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Kendall and Kylie Jenner have pulled their line of rap-inspired T-shirts off shelves after the mother of legendary rapper Notorious B.I.G. blasted the pair on Instagram for using her son’s image without the permission of his estate.
The reality stars recently released a “Rap vs. Rock” collection of shirts from their clothing line, Kendall + Kylie. Each tee had a black and white image of a music icon like Ozzy Osbourne or Tupac printed on it, and then a neon image of either Kylie, Kendall, or the letters “kk” superimposed on top. The shirts cost $125 a pop, and immediately stirred criticism on Twitter for being culturally appropriative. In other words: They mined black culture for things that seem chic instead of actually celebrating and uplifting the people who contribute to that culture.
Kendall and Kylie Jenner exploiting very important culture yet again for $125 a shirt pic.twitter.com/vHhRFBthvJ— Stage Dive (@stagedive_tv) June 29, 2017
When you ask Kendall and Kylie stans to name 10 songs after buying the vintage tee's pic.twitter.com/RoJPEpVp7n— Wang (@woahalexander) June 29, 2017
This shit is wild disrespectful and tacky https://t.co/T2ukBdnehu— ZAPHOD BEEBLEBROAZ™ (@broazay) June 28, 2017
It wasn’t just hip-hop culture that people were upset at them for hijacking—on the rock end of the “Rap vs. Rock” collection, Sharon Osbourne essentially accused the Jenners of appropriating being talented. “You haven’t earned the right to put your face with musical icons,” she tweeted.
Girls, you haven’t earned the right to put your face with musical icons. Stick to what you know…lip gloss. pic.twitter.com/BhmuUVrDBn— Sharon Osbourne (@MrsSOsbourne) June 29, 2017
No voice in the conversation was as loud as Biggie’s mother Violetta Wallace’s, though. Her son and Tupac were killed within six months of each other in 1996 and 1997, and although both of their faces appeared on shirts in the collection, their estates were apparently never notified that the men’s images were being used (not to mention, you know, offered residuals).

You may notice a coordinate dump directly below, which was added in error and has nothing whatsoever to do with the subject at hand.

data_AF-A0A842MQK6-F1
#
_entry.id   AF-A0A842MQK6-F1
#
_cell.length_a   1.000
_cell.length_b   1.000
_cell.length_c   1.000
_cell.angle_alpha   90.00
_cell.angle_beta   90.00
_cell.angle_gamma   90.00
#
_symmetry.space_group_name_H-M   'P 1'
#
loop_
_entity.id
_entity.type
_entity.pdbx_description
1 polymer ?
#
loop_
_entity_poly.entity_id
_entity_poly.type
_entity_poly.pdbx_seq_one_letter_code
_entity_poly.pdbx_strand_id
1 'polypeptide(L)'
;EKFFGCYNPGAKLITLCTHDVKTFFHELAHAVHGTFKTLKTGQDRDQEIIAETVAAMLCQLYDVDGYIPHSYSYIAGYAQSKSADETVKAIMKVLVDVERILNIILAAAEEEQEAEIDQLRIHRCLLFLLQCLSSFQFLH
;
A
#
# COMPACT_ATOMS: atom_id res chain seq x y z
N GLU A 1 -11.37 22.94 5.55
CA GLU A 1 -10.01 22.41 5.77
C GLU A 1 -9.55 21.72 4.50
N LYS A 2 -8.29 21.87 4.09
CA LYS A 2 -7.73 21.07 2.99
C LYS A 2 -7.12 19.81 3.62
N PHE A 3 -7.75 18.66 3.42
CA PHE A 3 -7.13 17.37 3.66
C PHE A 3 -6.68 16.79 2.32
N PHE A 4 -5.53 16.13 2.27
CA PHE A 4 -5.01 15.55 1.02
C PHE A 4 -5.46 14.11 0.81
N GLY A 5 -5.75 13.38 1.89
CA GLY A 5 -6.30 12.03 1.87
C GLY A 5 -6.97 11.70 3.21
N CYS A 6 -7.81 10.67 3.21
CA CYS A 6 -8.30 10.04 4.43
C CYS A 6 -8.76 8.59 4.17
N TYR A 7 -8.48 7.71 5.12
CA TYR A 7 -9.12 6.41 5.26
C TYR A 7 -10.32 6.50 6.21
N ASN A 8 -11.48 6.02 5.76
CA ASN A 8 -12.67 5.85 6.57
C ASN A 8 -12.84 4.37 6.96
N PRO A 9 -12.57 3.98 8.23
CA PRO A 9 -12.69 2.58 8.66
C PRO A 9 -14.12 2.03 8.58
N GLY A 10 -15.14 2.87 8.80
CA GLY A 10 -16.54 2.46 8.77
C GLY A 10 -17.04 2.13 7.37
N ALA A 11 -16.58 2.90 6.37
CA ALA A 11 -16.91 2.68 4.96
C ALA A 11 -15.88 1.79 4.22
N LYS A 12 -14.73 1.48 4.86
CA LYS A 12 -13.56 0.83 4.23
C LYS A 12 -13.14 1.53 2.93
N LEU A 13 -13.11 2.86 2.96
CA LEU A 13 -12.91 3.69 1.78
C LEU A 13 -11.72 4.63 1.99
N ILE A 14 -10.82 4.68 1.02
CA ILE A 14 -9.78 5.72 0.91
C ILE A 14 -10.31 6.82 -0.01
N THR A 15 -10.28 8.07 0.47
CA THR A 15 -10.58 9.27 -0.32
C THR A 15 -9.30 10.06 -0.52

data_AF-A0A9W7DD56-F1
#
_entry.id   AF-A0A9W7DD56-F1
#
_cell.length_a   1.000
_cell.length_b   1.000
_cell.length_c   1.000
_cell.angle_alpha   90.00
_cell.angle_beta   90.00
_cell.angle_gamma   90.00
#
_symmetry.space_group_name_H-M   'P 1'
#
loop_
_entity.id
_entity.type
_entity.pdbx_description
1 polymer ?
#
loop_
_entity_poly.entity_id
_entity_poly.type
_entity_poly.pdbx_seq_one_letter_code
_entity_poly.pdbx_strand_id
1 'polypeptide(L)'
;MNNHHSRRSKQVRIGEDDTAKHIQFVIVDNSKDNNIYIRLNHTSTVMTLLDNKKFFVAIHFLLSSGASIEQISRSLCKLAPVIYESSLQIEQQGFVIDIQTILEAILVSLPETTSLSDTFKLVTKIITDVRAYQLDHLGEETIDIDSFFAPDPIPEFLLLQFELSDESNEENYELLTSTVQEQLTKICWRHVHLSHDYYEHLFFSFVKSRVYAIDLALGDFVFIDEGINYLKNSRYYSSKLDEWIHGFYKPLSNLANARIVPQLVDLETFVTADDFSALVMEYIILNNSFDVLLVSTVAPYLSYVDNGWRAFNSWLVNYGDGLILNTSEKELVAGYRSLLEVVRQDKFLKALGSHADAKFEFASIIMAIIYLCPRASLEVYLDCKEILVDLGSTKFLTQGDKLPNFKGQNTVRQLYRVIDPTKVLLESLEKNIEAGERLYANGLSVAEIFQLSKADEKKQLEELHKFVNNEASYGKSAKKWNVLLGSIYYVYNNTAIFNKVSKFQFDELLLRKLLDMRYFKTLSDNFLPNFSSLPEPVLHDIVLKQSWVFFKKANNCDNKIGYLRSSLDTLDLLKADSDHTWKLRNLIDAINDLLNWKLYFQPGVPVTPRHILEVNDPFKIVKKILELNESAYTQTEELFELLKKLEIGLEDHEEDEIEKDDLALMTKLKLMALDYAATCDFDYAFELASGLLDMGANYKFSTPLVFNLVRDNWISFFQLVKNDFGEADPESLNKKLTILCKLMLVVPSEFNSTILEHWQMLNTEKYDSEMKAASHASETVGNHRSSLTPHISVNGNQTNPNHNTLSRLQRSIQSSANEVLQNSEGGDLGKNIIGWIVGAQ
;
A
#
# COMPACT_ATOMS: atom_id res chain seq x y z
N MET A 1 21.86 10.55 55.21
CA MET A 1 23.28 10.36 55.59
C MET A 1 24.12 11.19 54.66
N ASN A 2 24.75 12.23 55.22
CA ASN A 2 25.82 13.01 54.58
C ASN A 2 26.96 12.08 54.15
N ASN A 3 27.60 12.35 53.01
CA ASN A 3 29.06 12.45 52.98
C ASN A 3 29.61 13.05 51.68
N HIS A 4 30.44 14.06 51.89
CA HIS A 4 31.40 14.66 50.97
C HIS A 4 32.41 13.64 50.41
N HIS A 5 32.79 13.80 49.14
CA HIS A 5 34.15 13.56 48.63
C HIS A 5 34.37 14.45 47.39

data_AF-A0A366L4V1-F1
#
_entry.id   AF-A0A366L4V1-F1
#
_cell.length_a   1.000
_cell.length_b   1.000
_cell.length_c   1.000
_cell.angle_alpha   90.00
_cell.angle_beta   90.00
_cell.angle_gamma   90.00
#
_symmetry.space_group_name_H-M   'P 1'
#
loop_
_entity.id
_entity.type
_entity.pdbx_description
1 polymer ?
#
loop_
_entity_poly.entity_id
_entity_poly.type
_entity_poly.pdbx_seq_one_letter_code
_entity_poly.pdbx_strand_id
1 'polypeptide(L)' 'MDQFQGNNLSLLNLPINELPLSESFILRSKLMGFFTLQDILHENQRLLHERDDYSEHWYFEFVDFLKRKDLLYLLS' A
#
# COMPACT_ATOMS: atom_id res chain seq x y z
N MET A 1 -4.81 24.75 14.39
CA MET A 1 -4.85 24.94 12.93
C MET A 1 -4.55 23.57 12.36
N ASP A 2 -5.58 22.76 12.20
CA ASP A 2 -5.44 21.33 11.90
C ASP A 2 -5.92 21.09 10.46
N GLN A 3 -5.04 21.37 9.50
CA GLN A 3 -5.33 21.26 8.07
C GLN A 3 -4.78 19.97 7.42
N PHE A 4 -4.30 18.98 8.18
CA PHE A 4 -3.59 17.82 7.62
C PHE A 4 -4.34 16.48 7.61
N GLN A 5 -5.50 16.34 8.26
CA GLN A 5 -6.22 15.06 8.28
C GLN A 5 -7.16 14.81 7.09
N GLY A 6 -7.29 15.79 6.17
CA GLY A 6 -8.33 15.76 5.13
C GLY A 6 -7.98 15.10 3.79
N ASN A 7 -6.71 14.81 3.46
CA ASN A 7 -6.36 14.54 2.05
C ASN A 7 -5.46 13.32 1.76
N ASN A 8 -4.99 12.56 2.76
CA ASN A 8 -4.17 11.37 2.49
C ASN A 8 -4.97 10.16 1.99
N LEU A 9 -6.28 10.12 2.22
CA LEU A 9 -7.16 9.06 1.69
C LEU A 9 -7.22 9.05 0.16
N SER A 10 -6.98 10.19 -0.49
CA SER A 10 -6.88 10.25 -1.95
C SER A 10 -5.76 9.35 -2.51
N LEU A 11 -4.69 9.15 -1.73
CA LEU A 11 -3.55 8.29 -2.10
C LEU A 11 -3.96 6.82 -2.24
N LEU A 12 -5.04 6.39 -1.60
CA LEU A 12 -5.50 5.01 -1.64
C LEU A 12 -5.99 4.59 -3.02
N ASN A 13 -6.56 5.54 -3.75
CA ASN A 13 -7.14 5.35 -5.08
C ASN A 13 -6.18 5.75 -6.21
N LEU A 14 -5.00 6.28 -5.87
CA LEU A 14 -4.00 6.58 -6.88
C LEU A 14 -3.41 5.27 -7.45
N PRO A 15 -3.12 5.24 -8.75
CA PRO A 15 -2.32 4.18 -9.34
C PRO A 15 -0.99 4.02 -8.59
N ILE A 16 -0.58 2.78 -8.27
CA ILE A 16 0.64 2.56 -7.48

“I am not sure who told @kyliejenner and @kendalljenner that they had the right to do this,” Wallace said in an Instagram caption Thursday afternoon. “The disrespect of these girls to not even reach out to me or anyone connected to the estate baffles me. I have no idea why they feel they can exploit the deaths of 2pac and my Son Christopher to sell a t-shirt.”
“This is disrespectful, disgusting, and exploitation at its worst!!!” she concluded.
I am not sure who told @kyliejenner and @kendalljenner that they had the right to do this. The disrespect of these girls to not even reach out to me or anyone connected to the estate baffles me. I have no idea why they feel they can exploit the deaths of 2pac and my Son Christopher to sell a t-shirt. This is disrespectful , disgusting, and exploitation at its worst!!!
A post shared by Voletta Wallace (@volettawallace) on
“These designs were not well thought out and we deeply apologize to anyone that has been upset and/or offended, especially to the families of the artists,” she wrote in an iPhone note. “We are huge fans of their music, and it was not our intention to disrespect these cultural icons in anyway… We will use this as an opportunity to learn from these mistakes and again, we are very sorry.”
Things are far from over, though.
Notorious B.I.G.’s estate released a statement to People following Kendall’s tweet: “While we appreciate that the Jenners have made an apology and pulled the unlawful and unauthorized items, this matter has yet to be resolved.”
We didn’t go to law school or anything, but it sounds like a suit might be imminent.
Christine Friar is a writer and editor in New York who focuses on streaming entertainment and internet culture. Her work has appeared in the Awl, the Fader, New York Magazine, Paper Magazine, Vogue, Elle, and more.